Thunder Bay hospitality showcased to the nation

November 2021

In less than three months, the Fort William Gardens and Curling Club will be rockin’ as Thunder Bay finally gets to host one of the top nationally televised sports events in Canada, the Scotties January 28 to February 6 at Fort William Gardens and Fort William Curling Club.

Thunder Bay last hosted the Canadian Women’s Curling Championships back in 1996 with great success. Many people remember the big snow storm and the feisty Marilyn Bodough from St.Catherines winning the Canadian title as the home team representing Ontario. If waiting 25 years was not enough, the onset of Covid and the resulting one year delay has further heightened the anticipation of hosting this major national championship part of the 7.4 billion dollar sports tourism industry in Canada looking to rebound.

“We’re really happy the Community Economic Development Commission, city council, our three local curling clubs and Fort William Gardens came on board and said let’s do it,” said Rick Lang referring to Curling Canada’s offer to host in 2022 after the pandemic cancelled the 2021 event. Lang, the renowned local curler is part of local organizing committee that will engage 400 volunteers to run the event.

Curling Canada was quick to award the 2022 championship to Thunder Bay impressed by the advance tickets sales in early 2020 prior to the pandemic.

Another key consideration according to Nolan Thiessen, Executive Director for Marketing and Fan Experience at Curling Canada who was in the city earlier this fall for a site visit is the fact that Thunder Bay is known as a curling hotbed. “When we can take over the town it is really great for all the attendees, all the curlers. You go to a restaurant and people know you are here for the Scotties. I think it just adds to the atmosphere when you get the whole city behind it. So we are really excited to come here at end of January.”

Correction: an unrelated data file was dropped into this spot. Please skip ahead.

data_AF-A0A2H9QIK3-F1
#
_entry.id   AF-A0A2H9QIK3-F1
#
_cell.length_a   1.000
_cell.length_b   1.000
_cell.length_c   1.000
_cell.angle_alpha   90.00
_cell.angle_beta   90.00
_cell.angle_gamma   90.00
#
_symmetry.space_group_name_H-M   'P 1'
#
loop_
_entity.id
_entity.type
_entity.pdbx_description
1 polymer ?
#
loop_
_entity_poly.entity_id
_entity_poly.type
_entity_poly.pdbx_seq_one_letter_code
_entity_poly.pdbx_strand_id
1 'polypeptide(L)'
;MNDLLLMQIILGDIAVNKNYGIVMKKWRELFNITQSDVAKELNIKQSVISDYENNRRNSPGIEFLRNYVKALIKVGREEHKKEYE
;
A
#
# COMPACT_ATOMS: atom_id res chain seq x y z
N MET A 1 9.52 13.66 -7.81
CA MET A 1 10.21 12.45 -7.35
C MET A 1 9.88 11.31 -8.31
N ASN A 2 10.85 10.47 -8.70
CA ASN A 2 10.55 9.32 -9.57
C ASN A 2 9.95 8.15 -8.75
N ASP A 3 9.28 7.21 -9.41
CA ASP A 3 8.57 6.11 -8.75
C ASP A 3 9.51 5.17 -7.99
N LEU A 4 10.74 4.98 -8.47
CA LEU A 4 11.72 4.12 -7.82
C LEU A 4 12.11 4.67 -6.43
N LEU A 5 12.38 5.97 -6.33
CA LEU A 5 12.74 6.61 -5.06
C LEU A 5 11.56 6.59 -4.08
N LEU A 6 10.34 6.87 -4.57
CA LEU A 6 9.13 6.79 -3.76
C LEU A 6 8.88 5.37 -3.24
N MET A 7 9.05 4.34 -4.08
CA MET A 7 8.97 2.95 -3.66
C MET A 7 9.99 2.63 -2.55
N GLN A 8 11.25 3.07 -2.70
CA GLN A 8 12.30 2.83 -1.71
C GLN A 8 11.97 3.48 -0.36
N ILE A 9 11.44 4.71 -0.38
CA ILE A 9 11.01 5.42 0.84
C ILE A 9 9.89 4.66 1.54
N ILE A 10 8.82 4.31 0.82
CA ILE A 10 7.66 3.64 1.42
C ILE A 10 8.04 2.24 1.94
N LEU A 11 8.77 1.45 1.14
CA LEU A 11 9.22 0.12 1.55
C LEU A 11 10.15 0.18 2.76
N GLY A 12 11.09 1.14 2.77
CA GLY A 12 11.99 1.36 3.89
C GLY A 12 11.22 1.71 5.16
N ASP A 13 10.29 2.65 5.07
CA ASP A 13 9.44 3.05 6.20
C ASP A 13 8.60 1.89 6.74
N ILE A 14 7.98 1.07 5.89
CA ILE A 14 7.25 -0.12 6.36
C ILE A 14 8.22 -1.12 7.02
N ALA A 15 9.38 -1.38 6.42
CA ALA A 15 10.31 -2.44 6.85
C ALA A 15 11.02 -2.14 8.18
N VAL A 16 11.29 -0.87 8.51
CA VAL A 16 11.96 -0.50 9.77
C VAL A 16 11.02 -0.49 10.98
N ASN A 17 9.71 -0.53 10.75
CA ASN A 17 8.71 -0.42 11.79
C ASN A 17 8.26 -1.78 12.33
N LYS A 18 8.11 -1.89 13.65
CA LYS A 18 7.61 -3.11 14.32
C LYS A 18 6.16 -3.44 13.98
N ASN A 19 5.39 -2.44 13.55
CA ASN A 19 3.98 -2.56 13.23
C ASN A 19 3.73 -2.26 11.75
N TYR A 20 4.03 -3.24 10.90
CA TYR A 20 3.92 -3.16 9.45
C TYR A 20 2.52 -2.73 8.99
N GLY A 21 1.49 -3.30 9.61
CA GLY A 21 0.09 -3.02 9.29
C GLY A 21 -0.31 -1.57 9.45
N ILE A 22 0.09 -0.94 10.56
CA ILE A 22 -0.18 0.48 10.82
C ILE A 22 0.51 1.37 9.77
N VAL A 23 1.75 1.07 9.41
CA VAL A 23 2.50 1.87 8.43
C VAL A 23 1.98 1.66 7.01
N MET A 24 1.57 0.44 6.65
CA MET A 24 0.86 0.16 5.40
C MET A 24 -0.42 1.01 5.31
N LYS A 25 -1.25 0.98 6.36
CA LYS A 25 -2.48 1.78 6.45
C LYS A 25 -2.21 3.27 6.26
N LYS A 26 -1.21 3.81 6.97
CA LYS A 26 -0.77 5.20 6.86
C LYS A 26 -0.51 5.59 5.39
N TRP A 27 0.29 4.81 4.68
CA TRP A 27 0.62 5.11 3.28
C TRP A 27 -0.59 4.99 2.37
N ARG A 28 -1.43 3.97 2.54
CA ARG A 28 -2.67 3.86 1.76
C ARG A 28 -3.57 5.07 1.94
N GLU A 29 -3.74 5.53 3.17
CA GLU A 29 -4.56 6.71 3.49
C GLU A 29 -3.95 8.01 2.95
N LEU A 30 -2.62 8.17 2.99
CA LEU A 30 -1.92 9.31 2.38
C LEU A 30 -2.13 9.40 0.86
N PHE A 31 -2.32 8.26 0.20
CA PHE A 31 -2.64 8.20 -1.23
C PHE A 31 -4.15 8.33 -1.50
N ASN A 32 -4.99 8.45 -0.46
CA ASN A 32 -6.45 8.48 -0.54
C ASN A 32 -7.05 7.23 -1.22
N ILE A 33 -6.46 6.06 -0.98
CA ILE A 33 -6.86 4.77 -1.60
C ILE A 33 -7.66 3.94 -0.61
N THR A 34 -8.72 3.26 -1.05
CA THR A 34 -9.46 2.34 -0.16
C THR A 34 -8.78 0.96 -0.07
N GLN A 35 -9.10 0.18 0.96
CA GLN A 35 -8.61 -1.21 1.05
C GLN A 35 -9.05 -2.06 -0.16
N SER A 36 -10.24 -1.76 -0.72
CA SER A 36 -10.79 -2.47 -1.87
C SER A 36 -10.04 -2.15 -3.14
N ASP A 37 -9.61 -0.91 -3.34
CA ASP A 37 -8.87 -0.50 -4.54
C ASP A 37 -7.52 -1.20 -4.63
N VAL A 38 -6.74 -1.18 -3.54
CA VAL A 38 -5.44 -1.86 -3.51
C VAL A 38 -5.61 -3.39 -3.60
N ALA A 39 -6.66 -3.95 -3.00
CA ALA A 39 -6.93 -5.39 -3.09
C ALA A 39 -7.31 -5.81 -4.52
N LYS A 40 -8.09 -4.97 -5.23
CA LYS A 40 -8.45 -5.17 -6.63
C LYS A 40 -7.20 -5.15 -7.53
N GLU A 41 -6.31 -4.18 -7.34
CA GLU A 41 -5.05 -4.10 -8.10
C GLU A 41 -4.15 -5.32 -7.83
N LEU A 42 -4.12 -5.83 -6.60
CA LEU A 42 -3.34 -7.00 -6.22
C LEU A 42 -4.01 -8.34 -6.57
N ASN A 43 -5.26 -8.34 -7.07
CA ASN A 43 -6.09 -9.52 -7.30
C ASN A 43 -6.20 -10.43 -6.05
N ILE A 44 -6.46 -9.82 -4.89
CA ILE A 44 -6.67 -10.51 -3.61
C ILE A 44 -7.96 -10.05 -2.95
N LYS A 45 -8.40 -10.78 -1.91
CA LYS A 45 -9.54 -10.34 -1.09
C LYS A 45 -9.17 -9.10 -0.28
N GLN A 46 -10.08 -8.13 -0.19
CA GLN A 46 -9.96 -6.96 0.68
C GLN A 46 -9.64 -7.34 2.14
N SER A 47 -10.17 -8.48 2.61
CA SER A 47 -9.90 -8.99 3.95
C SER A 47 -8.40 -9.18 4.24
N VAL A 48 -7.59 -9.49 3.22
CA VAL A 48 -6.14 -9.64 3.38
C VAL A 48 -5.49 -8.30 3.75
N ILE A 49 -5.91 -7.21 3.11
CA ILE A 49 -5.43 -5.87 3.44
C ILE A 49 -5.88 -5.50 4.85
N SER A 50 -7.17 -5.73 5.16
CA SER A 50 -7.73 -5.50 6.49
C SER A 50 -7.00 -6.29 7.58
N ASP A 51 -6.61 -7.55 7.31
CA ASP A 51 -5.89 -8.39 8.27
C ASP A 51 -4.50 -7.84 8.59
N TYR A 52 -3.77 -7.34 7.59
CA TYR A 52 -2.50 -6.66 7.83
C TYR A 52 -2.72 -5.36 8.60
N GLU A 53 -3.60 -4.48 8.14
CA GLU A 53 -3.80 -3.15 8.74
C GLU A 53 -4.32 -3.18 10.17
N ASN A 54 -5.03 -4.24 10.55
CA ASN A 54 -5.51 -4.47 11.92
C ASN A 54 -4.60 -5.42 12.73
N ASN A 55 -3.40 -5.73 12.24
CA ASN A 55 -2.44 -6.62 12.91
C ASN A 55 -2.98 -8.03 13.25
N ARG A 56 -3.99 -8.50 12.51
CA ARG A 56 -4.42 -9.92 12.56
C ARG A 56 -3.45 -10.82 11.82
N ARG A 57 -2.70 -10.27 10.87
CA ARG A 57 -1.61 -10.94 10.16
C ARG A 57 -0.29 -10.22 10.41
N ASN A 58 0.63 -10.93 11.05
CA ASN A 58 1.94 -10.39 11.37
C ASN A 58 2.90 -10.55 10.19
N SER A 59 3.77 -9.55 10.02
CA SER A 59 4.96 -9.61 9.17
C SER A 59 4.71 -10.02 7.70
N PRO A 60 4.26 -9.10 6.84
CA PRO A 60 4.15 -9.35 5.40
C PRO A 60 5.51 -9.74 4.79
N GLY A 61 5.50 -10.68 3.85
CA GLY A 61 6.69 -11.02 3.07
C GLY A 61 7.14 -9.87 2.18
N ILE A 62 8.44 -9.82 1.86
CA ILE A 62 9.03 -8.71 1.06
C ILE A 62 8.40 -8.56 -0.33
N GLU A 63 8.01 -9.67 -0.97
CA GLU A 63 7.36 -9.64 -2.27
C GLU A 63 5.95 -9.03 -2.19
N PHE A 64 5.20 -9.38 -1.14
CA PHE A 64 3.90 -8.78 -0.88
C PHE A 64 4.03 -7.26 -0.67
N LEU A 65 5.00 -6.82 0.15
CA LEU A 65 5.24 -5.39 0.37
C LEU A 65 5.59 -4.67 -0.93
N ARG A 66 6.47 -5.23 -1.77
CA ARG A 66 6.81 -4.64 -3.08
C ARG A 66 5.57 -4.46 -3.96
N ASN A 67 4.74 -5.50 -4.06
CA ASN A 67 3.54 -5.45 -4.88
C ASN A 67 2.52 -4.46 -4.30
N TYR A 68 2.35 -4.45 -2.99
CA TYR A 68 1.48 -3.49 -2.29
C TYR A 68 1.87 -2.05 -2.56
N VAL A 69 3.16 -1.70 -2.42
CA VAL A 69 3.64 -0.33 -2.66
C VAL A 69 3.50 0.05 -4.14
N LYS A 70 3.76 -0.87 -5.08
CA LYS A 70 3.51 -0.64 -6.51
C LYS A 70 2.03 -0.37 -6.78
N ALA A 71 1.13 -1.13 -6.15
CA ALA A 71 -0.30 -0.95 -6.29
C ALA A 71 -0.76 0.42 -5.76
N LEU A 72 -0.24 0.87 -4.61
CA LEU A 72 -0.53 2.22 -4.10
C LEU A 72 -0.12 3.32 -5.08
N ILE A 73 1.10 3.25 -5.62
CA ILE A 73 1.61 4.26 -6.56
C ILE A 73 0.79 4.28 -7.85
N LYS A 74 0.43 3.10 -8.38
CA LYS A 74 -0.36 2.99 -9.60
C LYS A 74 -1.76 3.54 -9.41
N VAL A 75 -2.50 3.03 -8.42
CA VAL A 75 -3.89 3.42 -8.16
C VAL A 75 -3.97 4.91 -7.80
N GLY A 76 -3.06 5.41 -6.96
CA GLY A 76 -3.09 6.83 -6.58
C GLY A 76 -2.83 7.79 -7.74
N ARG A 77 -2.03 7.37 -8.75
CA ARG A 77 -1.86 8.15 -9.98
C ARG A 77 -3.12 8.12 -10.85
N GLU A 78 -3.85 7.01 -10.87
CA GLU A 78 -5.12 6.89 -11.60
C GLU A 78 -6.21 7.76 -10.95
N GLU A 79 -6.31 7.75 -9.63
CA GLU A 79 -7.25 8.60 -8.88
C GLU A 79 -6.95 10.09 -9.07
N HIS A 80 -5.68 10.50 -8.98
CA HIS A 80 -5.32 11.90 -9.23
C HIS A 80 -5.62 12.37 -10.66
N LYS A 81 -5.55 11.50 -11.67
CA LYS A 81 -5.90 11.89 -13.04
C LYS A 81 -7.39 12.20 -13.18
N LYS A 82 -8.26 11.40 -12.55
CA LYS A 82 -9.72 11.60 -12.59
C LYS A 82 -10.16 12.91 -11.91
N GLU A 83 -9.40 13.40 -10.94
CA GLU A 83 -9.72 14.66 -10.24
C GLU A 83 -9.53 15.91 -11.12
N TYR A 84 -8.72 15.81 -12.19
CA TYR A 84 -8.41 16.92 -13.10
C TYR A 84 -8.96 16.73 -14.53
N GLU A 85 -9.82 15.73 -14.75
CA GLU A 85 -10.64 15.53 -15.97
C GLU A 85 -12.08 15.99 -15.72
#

The Gardens with a capacity for 3000 fans is expected to be a hub of activity with 27 draws including the recently announced Northern Ontario – Canada game on Sunday night (January 30) of the opening weekend. And if local hometown hero, Krista McCarville and her team of Kendra Lilly, Ashley Sippala an Sarah Potts is wearing green-and-gold, tickets will certainly be at a premium.

“The atmosphere in a smaller venue like this can be electric especially if it is full,” said Scott Higgins, the veteran producer for TSN (The Sports Network) who was here in late September for a site visit and is familiar with McCarville and her team’s success competing at past Scotties and recent qualifying events for the Olympics. TSN with a crew of 40 – 50 will be here to setup for the 80 hours of live broadcast that will showcase Thunder Bay to millions of Canadians watching for the broadcast that has national and international reach.

Higgins who has been producing curling broadcasts for TSN for 25 years was impressed with all the improvements and upgrades to Gardens especially the new video score clock installed at the 70-year old facility. He says it will not only enhance the television broadcasts but the fan experience in the arena.

“The event comes at an opportune time for the local hospitality sector hotels and restaurants hit hard by restrictions caused by the pandemic over the past year and a half,” said Paul Pepe, the manager of Tourism Thunder Bay. The economic impact is estimated at 7 - 8 million dollars based on the spending of 5000 visitors expected over the 15 days of the event. This includes a projection of 12,000 room nights taking up most of the 3000 rooms at local hotels and motels. The numbers are based on economic assessments from previous events held in Moose Jaw, Sydney and Penticton.

Proof of full vaccination will be required for all attending. Volunteers are still needed for those interested.

For more information on tickets and volunteer opportunities visit the Curling Canada website at

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